In my report from the “Listening to America” meeting, I called the whole idea silly. Let me explain.
A serious presidential contender, several weeks before the election, should say “America, listen! I did my homework, and I am ready to lead. Here is a 30-second synopsis of my position on (healthcare, Iraq, taxes, education, immigration — fill in the blank), and following will be a 30-minute detailed explanation of what exactly I plan to do and why. Please scrutinize my position and tell me what is wrong with it, so that together we can make it better. Let us work on one issue every week before the election.” The logic behind this approach is that it takes lengthy mundane work of teams of experts in order to arrive with a workable solution. The same, defining who is an expert is subjective. Behind every failed venture were teams of misguided people calling themselves experts. Just as a child can see that the emperor has no clothes, so an average person with even a little common sense can detect the flaws in lofty-sounding political concepts prepared by “experts.”
Asking for new ideas last month, so late before the election, a presidential candidate seems out of touch, like someone who does not know what he wants to do when elected. Furthermore, all of the ideas are already posted somewhere on the internet anyway. Have not Obama’s advisors collected and analyzed them by now? What are the odds that a new, brilliant insight will surface in a “Listening to America” meeting and float to the top? Obama might as well buy a lottery ticket.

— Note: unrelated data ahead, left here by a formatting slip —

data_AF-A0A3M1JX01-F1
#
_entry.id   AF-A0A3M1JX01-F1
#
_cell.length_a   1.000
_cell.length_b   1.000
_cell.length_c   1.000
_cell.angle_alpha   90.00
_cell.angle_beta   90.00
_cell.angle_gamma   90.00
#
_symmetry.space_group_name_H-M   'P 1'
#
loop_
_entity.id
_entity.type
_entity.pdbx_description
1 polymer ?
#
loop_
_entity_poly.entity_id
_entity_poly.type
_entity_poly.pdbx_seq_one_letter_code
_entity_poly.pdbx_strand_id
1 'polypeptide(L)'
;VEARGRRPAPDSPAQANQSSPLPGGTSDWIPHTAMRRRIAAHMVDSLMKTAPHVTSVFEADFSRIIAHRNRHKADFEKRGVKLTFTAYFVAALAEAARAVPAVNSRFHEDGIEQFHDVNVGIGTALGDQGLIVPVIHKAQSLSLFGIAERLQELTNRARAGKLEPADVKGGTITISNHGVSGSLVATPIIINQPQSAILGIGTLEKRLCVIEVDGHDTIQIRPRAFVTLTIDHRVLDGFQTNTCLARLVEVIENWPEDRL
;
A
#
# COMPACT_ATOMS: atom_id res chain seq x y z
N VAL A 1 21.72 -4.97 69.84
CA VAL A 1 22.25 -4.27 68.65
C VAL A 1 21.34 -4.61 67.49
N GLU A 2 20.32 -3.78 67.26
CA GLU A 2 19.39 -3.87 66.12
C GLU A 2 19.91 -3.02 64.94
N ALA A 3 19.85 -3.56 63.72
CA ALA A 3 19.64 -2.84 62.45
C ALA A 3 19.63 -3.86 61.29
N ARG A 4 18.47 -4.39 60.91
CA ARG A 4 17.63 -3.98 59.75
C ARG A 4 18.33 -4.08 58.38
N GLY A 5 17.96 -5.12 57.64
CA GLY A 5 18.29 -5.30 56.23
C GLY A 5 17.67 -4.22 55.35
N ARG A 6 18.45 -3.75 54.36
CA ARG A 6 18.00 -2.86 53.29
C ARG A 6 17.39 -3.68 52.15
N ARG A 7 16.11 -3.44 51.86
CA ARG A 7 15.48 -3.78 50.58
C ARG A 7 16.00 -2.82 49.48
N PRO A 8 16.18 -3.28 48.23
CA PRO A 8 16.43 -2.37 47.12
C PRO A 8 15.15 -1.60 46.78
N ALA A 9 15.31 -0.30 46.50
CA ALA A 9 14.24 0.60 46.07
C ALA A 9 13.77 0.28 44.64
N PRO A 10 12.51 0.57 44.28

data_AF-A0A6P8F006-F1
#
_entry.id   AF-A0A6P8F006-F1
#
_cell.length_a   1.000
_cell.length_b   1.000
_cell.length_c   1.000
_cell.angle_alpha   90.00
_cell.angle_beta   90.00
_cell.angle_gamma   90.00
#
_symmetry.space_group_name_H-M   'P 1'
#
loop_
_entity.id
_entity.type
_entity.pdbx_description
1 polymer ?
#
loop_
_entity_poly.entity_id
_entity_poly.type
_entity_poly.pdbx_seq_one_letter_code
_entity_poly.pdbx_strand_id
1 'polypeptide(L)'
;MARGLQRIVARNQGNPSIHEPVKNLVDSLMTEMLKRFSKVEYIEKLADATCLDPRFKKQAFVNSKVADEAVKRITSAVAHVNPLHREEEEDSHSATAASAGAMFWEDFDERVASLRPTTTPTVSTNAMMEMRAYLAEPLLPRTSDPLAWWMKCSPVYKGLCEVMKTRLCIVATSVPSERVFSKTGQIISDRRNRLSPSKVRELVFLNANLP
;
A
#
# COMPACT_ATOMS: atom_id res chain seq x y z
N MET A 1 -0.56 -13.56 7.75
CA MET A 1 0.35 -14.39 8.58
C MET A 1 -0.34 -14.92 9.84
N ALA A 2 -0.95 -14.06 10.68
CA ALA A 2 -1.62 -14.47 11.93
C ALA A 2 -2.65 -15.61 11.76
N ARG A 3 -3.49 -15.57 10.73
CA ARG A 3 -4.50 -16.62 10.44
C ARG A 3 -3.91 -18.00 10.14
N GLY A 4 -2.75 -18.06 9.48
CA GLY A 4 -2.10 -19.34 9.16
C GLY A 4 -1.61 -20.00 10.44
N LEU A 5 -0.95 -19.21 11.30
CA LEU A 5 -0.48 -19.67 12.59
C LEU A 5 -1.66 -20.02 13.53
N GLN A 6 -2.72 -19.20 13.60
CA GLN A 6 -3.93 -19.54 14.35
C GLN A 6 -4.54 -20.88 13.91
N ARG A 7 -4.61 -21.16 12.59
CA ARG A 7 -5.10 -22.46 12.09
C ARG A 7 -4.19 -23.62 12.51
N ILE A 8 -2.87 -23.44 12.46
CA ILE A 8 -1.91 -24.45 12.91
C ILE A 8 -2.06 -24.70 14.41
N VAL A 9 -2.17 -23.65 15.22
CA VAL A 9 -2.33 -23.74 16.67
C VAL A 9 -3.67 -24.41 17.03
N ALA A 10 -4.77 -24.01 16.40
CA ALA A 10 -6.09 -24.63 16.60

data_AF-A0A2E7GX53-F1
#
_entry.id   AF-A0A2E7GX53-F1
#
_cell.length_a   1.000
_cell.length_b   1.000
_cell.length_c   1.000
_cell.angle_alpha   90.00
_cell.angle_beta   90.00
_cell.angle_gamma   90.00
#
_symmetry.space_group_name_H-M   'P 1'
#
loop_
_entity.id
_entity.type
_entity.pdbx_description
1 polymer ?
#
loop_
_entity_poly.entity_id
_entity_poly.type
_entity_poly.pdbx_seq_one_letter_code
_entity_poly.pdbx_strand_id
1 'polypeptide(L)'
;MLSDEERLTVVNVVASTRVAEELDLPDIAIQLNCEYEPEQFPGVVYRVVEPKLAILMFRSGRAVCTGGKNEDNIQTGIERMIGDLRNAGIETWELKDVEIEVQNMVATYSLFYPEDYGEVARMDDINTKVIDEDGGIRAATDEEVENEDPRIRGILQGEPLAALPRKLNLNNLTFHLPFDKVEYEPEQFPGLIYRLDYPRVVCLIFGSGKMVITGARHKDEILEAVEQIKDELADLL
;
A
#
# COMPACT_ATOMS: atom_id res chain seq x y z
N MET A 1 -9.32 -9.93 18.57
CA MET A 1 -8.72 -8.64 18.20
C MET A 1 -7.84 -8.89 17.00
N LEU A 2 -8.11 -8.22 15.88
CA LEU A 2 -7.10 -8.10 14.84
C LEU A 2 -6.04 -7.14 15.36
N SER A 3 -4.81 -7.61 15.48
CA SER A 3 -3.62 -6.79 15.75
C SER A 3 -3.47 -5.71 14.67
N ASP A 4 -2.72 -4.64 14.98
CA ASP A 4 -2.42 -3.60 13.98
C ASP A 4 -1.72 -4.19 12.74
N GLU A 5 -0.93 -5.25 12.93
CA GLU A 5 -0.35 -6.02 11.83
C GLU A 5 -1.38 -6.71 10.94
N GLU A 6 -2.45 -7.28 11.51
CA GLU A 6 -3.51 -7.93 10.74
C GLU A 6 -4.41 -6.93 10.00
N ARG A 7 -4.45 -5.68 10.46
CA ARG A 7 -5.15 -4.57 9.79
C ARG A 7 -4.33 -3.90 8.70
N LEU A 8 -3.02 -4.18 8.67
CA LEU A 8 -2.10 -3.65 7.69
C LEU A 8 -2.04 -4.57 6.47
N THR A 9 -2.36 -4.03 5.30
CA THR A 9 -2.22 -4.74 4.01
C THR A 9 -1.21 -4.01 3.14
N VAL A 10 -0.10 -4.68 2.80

The pitfall of the “Listening to America” concept is that it disregards the possibility that, when it comes to pivotal political issues, the views of regular Americans could simply be wrong. Thus, when listening to America, Obama is listening to Americans who elected the current President twice, supported the war in Iraq, and effectively blocked any attempts to reform education, health care, or immigration.
Obama claims that change is needed in Washington. But, what if politicians in Washington do more or less what Americans want them to do, but Americans do not like the outcome of what they asked for? After all, we have one of the best if not the best democracy in the world. Looked at from that perspective, Americans are the ones that need to change. On issues such as immigration and health care, which I have spent some time analyzing, it is obvious to me that the problem is not in Washington, but in the misguided understanding that Americans have of these issues. Unless the majority of Americans change their views, nothing can be done to resolve our immigration crisis or better our health care system.
In reply to my ‘spinning the wheels’ comment, the organizer of the meeting explained to me that she realized that along with the concept of “Listening to America,” there is also an attempt to bind together Obama supporters. In other words, working up an emotional momentum that would take Obama to the White House. And that means giving up on changing America. It means shifting the campaign from discussing the issues to creating irrational expectations of Obama’s presidency. Who knows, perhaps he can even fly. Most importantly, it means that Obama does not have the guts to tell his fellow citizens that they are wrong on some issues. It means returning to politics as usual.
A version of this text was published by Huffington Post